Monitoring and Predicting the Intensity of Saharan Air Layer (SAL) Events Over the Caribbean Using Remote Sensing and a Dust Model Ensemble

- Indicates paper has been withdrawn from meeting
- Indicates an Award Winner
Wednesday, 7 January 2015: 2:00 PM
231ABC (Phoenix Convention Center - West and North Buildings)
Arunas P. Kuciauskas, NRL, Monterey, CA; and P. Lynch, E. J. Hyer, J. R. Campbell, L. Rosa, J. Prospero, S. D. Miller, J. E. Solbrig, and M. L. Surratt

The Saharan Air Layer (SAL) is an elevated volume of warm, dry, and stable air, ranging in depth from generally 900 to 5500 m above the surface, that originates over the Sahara Desert in Northern Africa and propagates westward over the Atlantic basin, most often during summer months. As it reaches the Caribbean islands, the SAL typically contains ambient dust particulate matter (PM) that greatly exceeds background PM10 and PM2.5 concentrations, well above healthy air quality standards. The Caribbean islands are also susceptible to the potential for drought and wildfire danger during SAL events since the associated environment is typically very dry and hot. The National Weather Service in San Juan, Puerto Rico (NWS-PR) monitors these conditions and issues air quality and fire alerts during the arrival of SAL over the greater Caribbean region. In their forecasts, the NWS-PR acquires environmental information from a variety of model- and satellite-derived products, much of it generated from the Naval Research Laboratory's Marine Meteorology Division in Monterey, CA.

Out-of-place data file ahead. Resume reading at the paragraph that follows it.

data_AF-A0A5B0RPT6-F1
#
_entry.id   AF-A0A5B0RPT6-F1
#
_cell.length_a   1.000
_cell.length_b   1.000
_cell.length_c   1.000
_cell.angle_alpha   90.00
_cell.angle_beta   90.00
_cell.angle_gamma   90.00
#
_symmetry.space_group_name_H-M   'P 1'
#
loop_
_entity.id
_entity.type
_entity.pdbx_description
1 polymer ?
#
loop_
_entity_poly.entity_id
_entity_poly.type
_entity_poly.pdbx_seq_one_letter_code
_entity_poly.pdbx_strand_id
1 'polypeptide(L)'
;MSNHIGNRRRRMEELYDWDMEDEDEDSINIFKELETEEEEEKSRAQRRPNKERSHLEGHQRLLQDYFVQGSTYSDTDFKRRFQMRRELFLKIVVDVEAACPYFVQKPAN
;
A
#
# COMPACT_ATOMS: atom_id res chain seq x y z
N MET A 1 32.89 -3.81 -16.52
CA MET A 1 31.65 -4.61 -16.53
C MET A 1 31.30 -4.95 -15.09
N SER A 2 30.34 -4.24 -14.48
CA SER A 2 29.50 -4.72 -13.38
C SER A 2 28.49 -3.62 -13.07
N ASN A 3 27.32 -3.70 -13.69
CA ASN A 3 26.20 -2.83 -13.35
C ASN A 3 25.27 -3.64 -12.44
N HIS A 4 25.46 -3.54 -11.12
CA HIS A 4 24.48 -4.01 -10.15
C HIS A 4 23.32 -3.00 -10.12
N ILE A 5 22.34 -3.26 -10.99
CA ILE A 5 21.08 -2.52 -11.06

This presentation provides a brief description of resources that fuse currently available satellite data and imagery, with model output to provide forecasters with the necessary tools for assessing and predicting SAL events, which in turn facilitates their issuance of appropriate air quality and fire warnings to populated regions within their area of responsibility. This report will focus on recent SAL events in June that have sent a continuous stream of dust across the Atlantic basin and have impacted the currently drought-stricken Caribbean region. In tandem with remotely sensed data (satellite-derived aerosol optical depth (AOD), elevated dust, LIDAR, total precipitable water (TPW)) and in-situ measurements from the NWS-PR and AERONET sites is a recently developed dust model ensemble comprised of seven quasi-operational aerosol and dust models known as the “International Cooperative for Aerosol Prediction Multi-Model Ensemble [ICAP-MME], Sessions, et al., 2014)”. ICAP-MME has been shown to provide fairly skillful depictions of SAL dust intensity as validated with AERONET measurements, as well as accurate predictions of the timing of SAL events toward targeted areas like Puerto Rico.